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Arizona v. U.S. Environmental Protection Agency

ELR Citation: 46 ELR 20039
Nos. 13-70366, -70410, (9th Cir., 02/24/2016)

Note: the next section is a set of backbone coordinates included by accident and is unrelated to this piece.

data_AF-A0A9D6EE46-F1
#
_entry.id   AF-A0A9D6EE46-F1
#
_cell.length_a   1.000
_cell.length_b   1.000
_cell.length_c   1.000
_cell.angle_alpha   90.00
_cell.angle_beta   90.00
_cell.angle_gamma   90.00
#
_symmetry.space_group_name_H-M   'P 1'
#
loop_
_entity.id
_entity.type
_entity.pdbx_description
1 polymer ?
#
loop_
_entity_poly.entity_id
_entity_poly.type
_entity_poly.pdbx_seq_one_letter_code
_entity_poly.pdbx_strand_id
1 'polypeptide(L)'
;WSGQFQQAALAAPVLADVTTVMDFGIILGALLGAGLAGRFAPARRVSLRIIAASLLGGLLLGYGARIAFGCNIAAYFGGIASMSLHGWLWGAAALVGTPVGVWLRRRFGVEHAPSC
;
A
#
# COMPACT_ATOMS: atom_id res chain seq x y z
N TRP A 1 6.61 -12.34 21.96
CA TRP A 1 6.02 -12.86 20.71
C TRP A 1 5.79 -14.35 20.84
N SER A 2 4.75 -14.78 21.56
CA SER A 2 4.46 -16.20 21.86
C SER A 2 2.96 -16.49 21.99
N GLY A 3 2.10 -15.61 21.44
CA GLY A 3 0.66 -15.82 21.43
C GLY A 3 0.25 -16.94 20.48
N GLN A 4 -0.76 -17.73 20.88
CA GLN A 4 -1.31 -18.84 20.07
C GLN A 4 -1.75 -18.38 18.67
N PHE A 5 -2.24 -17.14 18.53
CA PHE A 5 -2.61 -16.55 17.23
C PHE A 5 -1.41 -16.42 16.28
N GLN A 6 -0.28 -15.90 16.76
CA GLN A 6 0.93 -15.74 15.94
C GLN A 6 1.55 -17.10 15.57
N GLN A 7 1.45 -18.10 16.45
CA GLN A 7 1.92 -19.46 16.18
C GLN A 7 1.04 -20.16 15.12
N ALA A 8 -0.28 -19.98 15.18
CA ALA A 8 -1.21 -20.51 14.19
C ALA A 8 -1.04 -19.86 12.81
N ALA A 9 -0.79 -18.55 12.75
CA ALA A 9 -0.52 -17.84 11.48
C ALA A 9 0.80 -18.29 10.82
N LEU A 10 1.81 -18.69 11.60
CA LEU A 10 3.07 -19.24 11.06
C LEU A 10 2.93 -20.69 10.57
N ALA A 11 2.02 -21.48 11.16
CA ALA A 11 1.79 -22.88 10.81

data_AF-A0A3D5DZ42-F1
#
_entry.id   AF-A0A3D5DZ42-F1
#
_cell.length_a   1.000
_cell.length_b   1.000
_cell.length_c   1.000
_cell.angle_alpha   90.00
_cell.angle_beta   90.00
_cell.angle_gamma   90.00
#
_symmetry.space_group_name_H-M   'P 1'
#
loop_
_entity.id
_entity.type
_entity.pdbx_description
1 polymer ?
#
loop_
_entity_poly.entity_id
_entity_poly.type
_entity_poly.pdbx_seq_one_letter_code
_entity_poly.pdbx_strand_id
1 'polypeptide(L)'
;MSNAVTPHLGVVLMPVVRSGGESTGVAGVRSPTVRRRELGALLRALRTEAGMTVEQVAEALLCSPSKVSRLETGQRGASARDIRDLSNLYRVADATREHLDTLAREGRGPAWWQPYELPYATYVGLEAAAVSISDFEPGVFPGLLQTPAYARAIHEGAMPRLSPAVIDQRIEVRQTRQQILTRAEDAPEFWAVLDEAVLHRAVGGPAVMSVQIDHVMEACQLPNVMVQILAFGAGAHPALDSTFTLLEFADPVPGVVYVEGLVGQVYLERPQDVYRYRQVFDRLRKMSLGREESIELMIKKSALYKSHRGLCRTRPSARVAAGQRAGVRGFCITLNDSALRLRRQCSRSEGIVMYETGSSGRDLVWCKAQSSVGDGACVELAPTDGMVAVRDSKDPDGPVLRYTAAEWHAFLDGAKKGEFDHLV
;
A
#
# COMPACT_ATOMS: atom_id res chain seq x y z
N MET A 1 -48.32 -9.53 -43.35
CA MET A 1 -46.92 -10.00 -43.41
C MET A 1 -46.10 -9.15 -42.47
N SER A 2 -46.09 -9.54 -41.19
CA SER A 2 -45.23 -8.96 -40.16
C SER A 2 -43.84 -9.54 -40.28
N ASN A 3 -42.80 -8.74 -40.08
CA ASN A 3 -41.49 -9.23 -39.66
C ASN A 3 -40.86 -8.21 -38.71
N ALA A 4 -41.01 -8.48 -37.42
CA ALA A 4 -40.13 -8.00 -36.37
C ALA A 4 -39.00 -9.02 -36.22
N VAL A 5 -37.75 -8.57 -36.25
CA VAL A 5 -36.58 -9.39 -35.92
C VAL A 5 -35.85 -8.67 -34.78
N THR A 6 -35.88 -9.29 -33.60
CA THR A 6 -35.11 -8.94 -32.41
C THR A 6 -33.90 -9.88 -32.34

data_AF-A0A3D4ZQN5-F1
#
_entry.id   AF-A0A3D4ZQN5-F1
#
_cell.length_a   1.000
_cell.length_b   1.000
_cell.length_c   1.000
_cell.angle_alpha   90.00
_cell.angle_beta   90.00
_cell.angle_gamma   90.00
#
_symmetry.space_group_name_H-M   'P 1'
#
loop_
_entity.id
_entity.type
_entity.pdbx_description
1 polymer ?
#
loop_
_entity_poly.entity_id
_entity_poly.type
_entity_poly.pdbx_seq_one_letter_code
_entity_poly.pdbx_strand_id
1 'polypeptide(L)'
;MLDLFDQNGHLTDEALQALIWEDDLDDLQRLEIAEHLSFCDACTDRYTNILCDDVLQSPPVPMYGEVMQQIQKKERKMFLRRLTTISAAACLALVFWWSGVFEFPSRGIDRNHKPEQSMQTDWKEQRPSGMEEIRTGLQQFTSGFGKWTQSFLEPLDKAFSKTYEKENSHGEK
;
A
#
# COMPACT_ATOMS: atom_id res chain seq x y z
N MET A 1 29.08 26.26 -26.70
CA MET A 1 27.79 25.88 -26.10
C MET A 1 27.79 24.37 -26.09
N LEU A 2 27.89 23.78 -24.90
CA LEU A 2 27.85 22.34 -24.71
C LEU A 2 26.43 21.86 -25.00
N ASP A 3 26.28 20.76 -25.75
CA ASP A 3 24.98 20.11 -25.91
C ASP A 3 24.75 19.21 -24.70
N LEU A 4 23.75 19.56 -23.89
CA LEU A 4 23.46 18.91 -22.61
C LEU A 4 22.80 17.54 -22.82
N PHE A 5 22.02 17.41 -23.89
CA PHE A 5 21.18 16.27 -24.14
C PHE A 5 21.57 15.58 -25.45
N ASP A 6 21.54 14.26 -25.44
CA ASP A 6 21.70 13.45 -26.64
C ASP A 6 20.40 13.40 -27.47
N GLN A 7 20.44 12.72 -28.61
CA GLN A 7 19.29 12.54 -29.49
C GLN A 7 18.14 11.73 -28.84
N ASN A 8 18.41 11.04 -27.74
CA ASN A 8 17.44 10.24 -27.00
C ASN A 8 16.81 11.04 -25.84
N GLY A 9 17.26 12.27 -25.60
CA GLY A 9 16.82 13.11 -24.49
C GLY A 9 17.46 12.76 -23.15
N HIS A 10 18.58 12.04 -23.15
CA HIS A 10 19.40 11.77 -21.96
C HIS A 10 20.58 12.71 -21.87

The Ninth Circuit held that EPA did not act arbitrarily and capriciously when it disapproved in part Arizona's regional haze SIP and issued a replacement federal implementation plan (FIP) in place of the disapproved SIP elements. First, EPA did not act arbitrarily and capriciously when it disapproved in part the SIP's "best available retrofit technology" (BART) for a coal-fueled power plant in eastern Arizona. EPA reasonably concluded that Arizona's cost and visibility impact analyses for the plant suffered from significant analytical defects and that the SIP did not provide a reasoned explanation of the bases for the ultimate BART determination. Although CAA §169A affords the states substantial authority to determine BART controls, the combination of these defects provided EPA reasonable grounds upon which to disapprove Arizona's BART determinations as to nitrogen oxide (NOx) emissions limits at the power plant. Nor did EPA err procedurally in promulgating the FIP in the same rule as its partial disapproval of the SIP. The court also rejected claims that the FIP's BART determinations for the power plant were arbitrary and capricious. But because EPA has since proposed to revise the FIP's NOx emissions for the plant, the court declined to rule on the reasonableness of its emissions limits, as they are likely to be altered. The court therefore stayed this aspect of the proceedings until EPA concludes the administrative process and issues its final revised FIP.